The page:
[The end point of my walk from Saltaire to Bingley along the towpath of the Leeds-Liverpool Canal - although I did walk all the way back home again.]
And so, we arrive at the famous Five Rise Locks just in time to see a wide beam boat being lifted in stages up the staircase. Two traditional narrowboats can fit in a lock side by side, but the wide beam boats take up a lot more room. Some of the longest boats don't fit either. Lock sizes are not standardised across the waterways network. The locks on the Leeds-Liverpool canal are about 19m long and some locks in the Yorkshire network are even shorter than that.
Some of my readers may recall the time (seven years ago, yikes!) when I went walking in these locks, when they were drained for restoration of the lock gates (see HERE). The chamber walls look so high when you're at the bottom.
Looking back towards Bingley, the locks drop away so steeply that you can't really see them all.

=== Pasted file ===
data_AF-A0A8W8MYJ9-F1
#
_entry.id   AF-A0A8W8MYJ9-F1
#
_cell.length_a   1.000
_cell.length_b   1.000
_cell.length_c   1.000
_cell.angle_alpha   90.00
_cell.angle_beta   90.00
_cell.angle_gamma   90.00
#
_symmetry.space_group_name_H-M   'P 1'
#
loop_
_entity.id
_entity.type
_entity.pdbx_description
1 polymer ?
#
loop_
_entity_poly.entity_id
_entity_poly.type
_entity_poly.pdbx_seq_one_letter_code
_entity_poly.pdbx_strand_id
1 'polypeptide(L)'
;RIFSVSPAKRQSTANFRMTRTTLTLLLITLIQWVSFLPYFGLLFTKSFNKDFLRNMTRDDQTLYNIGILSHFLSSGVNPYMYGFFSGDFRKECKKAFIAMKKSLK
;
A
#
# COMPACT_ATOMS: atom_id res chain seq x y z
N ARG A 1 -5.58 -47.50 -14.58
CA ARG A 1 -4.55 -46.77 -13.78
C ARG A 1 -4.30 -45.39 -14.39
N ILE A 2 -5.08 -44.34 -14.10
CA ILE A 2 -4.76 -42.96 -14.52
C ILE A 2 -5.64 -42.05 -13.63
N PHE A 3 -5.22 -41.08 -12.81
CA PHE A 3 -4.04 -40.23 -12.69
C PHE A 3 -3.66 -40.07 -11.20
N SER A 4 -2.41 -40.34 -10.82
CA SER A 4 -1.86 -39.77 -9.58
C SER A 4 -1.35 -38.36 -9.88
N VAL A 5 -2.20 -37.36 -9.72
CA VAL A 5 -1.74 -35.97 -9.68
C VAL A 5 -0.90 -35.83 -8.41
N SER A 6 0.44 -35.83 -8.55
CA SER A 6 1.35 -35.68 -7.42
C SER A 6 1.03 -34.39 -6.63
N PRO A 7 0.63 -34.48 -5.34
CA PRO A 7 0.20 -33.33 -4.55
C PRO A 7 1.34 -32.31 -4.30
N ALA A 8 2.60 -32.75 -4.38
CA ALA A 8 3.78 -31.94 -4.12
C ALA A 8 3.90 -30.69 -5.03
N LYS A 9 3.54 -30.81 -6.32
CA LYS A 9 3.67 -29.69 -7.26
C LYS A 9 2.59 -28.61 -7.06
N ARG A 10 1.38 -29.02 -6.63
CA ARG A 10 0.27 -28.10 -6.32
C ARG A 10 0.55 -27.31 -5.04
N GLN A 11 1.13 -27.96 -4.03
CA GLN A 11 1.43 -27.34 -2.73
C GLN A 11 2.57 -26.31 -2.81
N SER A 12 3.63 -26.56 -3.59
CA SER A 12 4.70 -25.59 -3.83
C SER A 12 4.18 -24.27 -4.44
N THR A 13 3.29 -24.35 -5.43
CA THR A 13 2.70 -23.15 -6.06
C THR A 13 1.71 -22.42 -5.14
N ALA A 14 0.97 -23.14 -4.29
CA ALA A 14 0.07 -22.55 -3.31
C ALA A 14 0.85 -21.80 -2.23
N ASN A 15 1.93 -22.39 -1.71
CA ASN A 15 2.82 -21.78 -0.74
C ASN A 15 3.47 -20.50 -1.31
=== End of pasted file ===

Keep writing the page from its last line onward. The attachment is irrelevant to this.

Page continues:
The Five Rise Locks are permanently staffed by a lock-keeper, often with several volunteers assisting too. It's such a complicated obstacle to navigate and things can go badly wrong if you don't know what you're doing. There's a lovely tribute to Barry Whitelock (HERE), the country's longest serving lock-keeper, who worked here in Bingley from the age of 19 until he retired in 2017. I don't know who has taken over from him, but there must be some satisfaction in carrying out such an historic role.
When the locks are not busy (rare in summer), the lock-keeper hangs out in his office at the top of the locks. I expect there's a kettle in there but, if not, he can always nip over to the café across the road.
The Five Rise Locks café is a very popular spot with walkers and cyclists. There's usually plenty to watch, if you choose a table on the canal side. Next to it is a service facility for boaters, with toilets, showers and sewage disposal. This stretch of the canal from the locks towards Crossflatts also operates as a marina, with some permanent mooring for boats.